There was an increase among Yazidis in the experience of depression, anxiety, post-traumatic stress disorder, and other psychological disorders after the coronavirus outbreak

Numbers in Iraq are rising with 2,296 confirmed cases, according to national data, 387 of which are in the Kurdistan region. Overall, 97 deaths have been reported, but scepticism remains around official figures.

So far, one case of coronavirus has been documented in a refugee camp in Iraqi Kurdistan – Darashakran camp, northeast of Erbil.

"We expect Covid to come to these places," says Ryan Bohl, Middle East and North African analyst at Stratfor, referring to the camps in the Kurdish region of Iraq, anticipating that the dire estimates of it being "devastating" will ring true.

Read more: The Iraq Report: Mustafa al-Kadhimi takes the helm in stormy political waters

Low numbers are likely down to lack of testing, says Bohl, with the virus already potentially widespread in the country. "Iraq is quite dysfunctional right now, so the notion that it would be either in refugee camps already, and not being reported correctly, or that it soon will be are not terribly off-the-mark assumptions to make," he says.

Bohl also worries that the virus isn't being taken as seriously as it should as people in the region, particularly IDPs, have seen higher death counts through a legacy of conflicts, which could mean containment measures are flouted.

"The countries that are most effective at carrying out lockdowns are the ones with a sort of authoritarian centralised leadership," says Bohl. "Iraq is in many aspects the complete opposite of that, refugee camps are even further away from it."

Furthermore, says Bohl, the humanitarian footprint in the region has been diminishing, which means refugee communities in northern Iraq could be battling a coronavirus outbreak without much international support.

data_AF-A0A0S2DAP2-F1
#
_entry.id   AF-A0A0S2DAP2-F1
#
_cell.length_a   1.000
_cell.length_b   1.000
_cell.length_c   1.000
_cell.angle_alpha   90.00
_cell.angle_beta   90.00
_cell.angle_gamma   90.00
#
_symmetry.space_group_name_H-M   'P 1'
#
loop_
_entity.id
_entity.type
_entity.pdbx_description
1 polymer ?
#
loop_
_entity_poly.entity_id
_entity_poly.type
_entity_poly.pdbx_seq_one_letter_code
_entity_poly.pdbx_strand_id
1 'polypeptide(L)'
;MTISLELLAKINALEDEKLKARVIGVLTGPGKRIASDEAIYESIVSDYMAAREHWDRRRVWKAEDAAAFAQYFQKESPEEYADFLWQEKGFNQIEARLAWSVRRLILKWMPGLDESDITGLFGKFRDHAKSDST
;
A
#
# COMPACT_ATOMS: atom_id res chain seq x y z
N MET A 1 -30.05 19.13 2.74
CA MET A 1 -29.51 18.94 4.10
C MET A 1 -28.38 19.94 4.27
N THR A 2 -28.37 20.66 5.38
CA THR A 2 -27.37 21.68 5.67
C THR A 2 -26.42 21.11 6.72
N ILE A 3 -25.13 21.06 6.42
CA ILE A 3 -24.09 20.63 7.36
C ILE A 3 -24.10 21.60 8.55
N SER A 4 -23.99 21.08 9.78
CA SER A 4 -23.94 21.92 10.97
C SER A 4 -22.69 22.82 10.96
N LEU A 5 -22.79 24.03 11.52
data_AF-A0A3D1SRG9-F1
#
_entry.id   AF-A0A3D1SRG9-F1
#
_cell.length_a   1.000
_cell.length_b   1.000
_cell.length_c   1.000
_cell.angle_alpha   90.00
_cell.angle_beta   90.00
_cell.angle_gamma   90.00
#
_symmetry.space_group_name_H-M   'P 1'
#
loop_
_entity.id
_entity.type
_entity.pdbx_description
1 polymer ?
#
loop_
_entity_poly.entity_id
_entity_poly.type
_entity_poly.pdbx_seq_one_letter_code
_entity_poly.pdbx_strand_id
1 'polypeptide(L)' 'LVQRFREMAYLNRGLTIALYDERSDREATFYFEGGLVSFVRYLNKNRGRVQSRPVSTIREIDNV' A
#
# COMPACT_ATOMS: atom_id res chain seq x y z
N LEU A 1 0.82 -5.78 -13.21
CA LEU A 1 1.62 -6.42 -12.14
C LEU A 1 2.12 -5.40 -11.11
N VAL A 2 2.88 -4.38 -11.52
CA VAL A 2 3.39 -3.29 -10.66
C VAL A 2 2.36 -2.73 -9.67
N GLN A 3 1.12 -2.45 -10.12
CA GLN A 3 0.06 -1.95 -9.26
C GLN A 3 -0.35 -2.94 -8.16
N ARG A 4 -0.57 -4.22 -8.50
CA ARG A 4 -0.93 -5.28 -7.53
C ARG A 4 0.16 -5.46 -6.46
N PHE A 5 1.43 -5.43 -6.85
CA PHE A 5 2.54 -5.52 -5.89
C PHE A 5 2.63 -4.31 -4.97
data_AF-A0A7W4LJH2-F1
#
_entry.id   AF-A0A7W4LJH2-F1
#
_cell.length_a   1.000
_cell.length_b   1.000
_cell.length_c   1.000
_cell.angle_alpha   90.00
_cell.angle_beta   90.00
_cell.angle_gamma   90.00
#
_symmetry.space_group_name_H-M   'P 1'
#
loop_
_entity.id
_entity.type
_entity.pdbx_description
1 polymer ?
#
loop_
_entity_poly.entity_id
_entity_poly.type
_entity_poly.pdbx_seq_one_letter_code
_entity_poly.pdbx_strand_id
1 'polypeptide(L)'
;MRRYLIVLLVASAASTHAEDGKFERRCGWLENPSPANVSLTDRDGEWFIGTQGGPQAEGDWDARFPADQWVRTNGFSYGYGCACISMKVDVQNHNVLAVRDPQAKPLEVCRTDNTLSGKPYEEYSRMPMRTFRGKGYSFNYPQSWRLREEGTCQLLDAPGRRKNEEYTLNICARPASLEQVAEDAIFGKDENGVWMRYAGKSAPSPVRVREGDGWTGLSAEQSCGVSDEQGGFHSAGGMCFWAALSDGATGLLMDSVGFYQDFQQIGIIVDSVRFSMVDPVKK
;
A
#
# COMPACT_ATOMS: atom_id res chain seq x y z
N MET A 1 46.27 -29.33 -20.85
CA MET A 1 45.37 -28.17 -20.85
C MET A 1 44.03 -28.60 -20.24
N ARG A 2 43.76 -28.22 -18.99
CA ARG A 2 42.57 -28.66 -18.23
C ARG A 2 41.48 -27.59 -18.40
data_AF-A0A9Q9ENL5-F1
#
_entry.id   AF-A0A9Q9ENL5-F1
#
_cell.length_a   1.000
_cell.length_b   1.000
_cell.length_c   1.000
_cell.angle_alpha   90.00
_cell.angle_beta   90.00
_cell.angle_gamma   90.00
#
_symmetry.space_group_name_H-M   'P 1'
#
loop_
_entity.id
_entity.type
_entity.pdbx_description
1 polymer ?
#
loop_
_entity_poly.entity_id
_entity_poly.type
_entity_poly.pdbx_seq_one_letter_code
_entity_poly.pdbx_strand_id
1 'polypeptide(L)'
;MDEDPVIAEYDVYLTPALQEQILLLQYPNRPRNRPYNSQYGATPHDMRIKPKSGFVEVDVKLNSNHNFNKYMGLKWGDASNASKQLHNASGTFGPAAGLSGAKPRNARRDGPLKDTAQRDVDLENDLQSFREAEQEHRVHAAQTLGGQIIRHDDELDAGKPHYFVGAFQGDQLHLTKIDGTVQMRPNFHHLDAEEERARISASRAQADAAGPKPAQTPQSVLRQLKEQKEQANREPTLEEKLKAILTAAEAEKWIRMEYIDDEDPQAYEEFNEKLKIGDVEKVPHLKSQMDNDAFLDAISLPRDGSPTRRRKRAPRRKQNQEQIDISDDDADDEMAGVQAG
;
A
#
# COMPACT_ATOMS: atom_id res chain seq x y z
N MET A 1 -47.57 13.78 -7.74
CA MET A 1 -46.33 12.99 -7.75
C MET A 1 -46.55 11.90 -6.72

Read more: For Middle East refugees, social distancing is a privilege few can afford

Physicians worry such an event could hold back the gains in psychologically rehabilitating the already traumatised Yazidi population.

According to research by Dr. Jan Ilhan Kizilhan – a psychologist and Dean of the Institute of Psychotherapy & Psychotraumatology at the University of Duhok – witnessing crises, even natural or chemical disasters, can laden people with psychological impacts.

Thousands of Yazidi men were massacred in Sinjar in 2014, while women and girls were taken as slaves after the Islamic State captured the town

Conducting a psychological survey of refugees in northern Iraq, he compared data from October 2019 with information collected through the same set of questions among the same population in April 2020.

All participants were Yazidis, who fled IS in 2014 and have since lived in the camp setting near Duhok city. They had either experienced an attack, witnessed harm, or had lost friends and family members in the genocide.

Kizilhan said there was a general increase in the experience of depression, anxiety, post-traumatic stress disorder (PTSD), and other psychological disorders after the coronavirus outbreak, by up to 10 percentage points in some cases. Suicidal thoughts had also increased.

Read more: Traumatised by caliphate's reign of terror, Iraq's religious
minorities fear plans to resettle IS families

Kizilhan says this increased prevalence was primarily due to anxieties of not being able to get medical support in the event of a Covid-19 outbreak. However, Kizilhan admits the sample for the study is small and provides a "momentary overview."

Khanke's primary health care centre has also been providing mental health services, and Ismet, like Kizilhan, believes there should be assessments in the future to understand the impact the Covid-19 pandemic will be having on displaced people with psychological disorders.

Such a study could illuminate the need for new evidence-based psychotherapeutic and psychiatric treatment in the event of future pandemics.

In the current situation, however, restrictions on movement not only hinder humanitarian actors' ability to distribute essentials like food, water, and medicine but also from delivering psychosocial support.

And it has effectively stalled much of the fieldwork of UNITAD, the United Nations team investigating the genocide of IS, leaving not just recovery, but justice, and the chance to rebuild, hanging in the balance.

Sophia Akram is a researcher and communications professional with a special interest in human rights particularly across the Middle East.

Follow her on Twitter: @mssophiaakram